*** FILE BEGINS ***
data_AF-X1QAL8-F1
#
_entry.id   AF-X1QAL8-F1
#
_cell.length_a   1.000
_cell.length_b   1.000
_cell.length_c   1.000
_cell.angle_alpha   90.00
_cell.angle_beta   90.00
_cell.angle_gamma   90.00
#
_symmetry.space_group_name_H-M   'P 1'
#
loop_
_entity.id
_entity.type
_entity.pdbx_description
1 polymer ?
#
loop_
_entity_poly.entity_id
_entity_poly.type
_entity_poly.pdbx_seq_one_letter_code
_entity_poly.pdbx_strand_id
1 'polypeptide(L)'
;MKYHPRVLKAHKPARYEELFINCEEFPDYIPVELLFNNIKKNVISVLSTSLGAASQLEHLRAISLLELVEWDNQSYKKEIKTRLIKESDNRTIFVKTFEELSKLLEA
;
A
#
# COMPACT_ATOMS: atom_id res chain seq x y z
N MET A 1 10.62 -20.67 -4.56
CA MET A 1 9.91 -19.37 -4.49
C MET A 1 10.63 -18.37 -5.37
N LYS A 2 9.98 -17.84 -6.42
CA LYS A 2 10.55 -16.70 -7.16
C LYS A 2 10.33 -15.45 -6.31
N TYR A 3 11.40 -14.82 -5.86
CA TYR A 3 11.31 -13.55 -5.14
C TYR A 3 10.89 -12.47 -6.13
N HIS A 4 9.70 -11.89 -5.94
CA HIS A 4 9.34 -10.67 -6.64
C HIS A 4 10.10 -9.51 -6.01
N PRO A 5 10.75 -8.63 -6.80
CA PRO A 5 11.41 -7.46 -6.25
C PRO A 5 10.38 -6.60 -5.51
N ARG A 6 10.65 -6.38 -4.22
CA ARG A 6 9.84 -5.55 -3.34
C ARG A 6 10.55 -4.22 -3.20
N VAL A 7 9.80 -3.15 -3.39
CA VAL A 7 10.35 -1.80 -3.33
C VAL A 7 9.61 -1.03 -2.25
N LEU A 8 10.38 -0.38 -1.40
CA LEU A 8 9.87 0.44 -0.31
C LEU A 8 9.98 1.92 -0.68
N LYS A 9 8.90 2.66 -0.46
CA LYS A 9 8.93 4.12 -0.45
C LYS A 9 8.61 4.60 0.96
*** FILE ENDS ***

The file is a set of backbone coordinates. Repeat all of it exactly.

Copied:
data_AF-X1QAL8-F1
#
_entry.id   AF-X1QAL8-F1
#
_cell.length_a   1.000
_cell.length_b   1.000
_cell.length_c   1.000
_cell.angle_alpha   90.00
_cell.angle_beta   90.00
_cell.angle_gamma   90.00
#
_symmetry.space_group_name_H-M   'P 1'
#
loop_
_entity.id
_entity.type
_entity.pdbx_description
1 polymer ?
#
loop_
_entity_poly.entity_id
_entity_poly.type
_entity_poly.pdbx_seq_one_letter_code
_entity_poly.pdbx_strand_id
1 'polypeptide(L)'
;MKYHPRVLKAHKPARYEELFINCEEFPDYIPVELLFNNIKKNVISVLSTSLGAASQLEHLRAISLLELVEWDNQSYKKEIKTRLIKESDNRTIFVKTFEELSKLLEA
;
A
#
# COMPACT_ATOMS: atom_id res chain seq x y z
N MET A 1 10.62 -20.67 -4.56
CA MET A 1 9.91 -19.37 -4.49
C MET A 1 10.63 -18.37 -5.37
N LYS A 2 9.98 -17.84 -6.42
CA LYS A 2 10.55 -16.70 -7.16
C LYS A 2 10.33 -15.45 -6.31
N TYR A 3 11.40 -14.82 -5.86
CA TYR A 3 11.31 -13.55 -5.14
C TYR A 3 10.89 -12.47 -6.13
N HIS A 4 9.70 -11.89 -5.94
CA HIS A 4 9.34 -10.67 -6.64
C HIS A 4 10.10 -9.51 -6.01
N PRO A 5 10.75 -8.63 -6.80
CA PRO A 5 11.41 -7.46 -6.25
C PRO A 5 10.38 -6.60 -5.51
N ARG A 6 10.65 -6.38 -4.22
CA ARG A 6 9.84 -5.55 -3.34
C ARG A 6 10.55 -4.22 -3.20
N VAL A 7 9.80 -3.15 -3.39
CA VAL A 7 10.35 -1.80 -3.33
C VAL A 7 9.61 -1.03 -2.25
N LEU A 8 10.38 -0.38 -1.40
CA LEU A 8 9.87 0.44 -0.31
C LEU A 8 9.98 1.92 -0.68
N LYS A 9 8.90 2.66 -0.46
CA LYS A 9 8.93 4.12 -0.45
C LYS A 9 8.61 4.60 0.96